A while ago, I wrote a piece describing a simple way of implementing MapReduce as a Monad in Haskell. As part of my further research I’ve discovered that in fact MapReduce is very naturally a Monad Transformer. This means that given any m one can associate to it a MapReduce type MapReduceT m. If m is an Additive Monad, then so is MapReduceT m.
This is theoretically interesting, as well as providing a nice pedagogical introduction to Monad Transformers and Additive Monads. Furthermore, I have proved that the Haskell State Monad is in fact the MapReduce type associated to the (rather trivial) monad of maps. I’ve written this up in a short paper, and would welcome comments and, to be honest, suggestions as to anywhere I could try to publish it.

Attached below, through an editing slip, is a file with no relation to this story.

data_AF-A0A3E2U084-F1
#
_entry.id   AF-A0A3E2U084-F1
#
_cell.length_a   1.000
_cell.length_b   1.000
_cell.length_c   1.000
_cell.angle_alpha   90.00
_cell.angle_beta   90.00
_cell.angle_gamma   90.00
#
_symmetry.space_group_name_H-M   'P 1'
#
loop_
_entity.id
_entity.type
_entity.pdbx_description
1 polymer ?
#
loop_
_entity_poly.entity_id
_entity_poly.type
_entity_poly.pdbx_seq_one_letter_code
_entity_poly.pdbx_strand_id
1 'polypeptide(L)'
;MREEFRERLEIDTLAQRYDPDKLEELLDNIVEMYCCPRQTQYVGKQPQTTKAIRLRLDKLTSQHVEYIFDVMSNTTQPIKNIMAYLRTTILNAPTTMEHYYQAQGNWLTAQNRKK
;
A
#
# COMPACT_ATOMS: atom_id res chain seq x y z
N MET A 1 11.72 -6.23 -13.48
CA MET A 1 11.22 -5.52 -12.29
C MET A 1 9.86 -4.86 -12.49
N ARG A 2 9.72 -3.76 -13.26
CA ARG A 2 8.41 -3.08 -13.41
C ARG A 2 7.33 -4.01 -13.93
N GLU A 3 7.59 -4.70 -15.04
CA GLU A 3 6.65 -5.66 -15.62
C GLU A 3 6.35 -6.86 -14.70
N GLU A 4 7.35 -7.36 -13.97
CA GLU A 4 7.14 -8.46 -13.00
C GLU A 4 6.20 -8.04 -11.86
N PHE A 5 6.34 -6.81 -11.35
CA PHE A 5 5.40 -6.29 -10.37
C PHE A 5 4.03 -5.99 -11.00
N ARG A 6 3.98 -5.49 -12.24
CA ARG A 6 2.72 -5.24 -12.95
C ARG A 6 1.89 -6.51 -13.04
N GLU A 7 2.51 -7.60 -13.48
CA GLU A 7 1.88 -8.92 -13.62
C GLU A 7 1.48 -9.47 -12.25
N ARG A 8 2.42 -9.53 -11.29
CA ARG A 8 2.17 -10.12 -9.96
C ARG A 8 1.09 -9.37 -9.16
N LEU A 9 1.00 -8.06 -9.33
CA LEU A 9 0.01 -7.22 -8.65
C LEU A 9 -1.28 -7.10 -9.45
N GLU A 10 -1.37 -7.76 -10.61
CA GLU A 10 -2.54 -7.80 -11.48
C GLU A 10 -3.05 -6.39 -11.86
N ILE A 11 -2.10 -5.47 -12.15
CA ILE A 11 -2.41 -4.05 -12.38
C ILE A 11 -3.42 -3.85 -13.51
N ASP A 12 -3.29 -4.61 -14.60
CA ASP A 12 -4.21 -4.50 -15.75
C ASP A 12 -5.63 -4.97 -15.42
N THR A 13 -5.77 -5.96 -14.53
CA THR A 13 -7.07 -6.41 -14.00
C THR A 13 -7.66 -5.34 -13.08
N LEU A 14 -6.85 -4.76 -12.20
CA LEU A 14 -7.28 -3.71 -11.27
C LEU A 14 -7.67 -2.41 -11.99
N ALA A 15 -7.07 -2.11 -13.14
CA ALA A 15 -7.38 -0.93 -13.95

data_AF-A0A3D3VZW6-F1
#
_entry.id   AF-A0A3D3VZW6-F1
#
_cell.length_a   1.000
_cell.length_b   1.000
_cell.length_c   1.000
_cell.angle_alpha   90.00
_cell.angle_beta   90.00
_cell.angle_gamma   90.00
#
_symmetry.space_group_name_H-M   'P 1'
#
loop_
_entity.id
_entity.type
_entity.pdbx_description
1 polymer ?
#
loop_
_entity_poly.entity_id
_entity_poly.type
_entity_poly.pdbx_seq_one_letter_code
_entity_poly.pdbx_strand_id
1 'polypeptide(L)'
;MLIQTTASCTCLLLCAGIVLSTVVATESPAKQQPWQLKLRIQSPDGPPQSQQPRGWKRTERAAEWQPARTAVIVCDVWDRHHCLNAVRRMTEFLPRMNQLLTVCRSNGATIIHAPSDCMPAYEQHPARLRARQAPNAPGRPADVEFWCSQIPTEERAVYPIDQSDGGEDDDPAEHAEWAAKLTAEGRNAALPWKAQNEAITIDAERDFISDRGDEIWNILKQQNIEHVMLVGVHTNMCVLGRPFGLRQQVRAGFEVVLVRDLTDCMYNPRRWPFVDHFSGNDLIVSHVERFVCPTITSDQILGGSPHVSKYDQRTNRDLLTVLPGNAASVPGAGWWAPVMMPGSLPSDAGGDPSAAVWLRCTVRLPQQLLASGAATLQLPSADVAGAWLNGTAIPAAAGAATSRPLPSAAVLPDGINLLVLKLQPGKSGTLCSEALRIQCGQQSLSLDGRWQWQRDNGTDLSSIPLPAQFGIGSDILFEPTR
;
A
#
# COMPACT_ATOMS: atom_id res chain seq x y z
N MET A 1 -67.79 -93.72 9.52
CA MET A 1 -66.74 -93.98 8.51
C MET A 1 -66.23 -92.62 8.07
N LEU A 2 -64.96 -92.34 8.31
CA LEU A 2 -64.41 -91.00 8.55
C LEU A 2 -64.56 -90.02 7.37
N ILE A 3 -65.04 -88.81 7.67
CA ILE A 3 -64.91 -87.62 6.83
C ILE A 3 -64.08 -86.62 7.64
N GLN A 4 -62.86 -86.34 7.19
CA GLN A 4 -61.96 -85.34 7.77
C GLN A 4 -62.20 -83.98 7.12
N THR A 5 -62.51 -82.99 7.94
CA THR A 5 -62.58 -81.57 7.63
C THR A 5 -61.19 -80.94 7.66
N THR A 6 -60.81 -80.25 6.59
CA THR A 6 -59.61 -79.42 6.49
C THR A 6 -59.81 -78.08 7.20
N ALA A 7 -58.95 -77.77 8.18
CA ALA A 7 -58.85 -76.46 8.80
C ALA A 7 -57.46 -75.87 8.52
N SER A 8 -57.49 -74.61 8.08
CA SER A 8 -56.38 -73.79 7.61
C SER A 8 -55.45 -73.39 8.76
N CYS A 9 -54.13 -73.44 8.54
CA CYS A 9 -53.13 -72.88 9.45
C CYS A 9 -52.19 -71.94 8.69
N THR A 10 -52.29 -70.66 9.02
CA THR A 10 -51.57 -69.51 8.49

I’m working (slowly) on a distributed version of this framework based on CloudHaskell, at the moment limiting myself to the original, simple MapReduce monad. So far I have distributed storage working, so when I get the time, it should not take much more effort. If anyone is interested in joining in with this research programme, I’d be very happy to share the work.
Here are the relevant papers:
- Map Reduce as a Monad: the original paper, published in The Monad Reader
- The MapReduce type of a Monad: the new paper describing MapReduceT and the relation to the State monad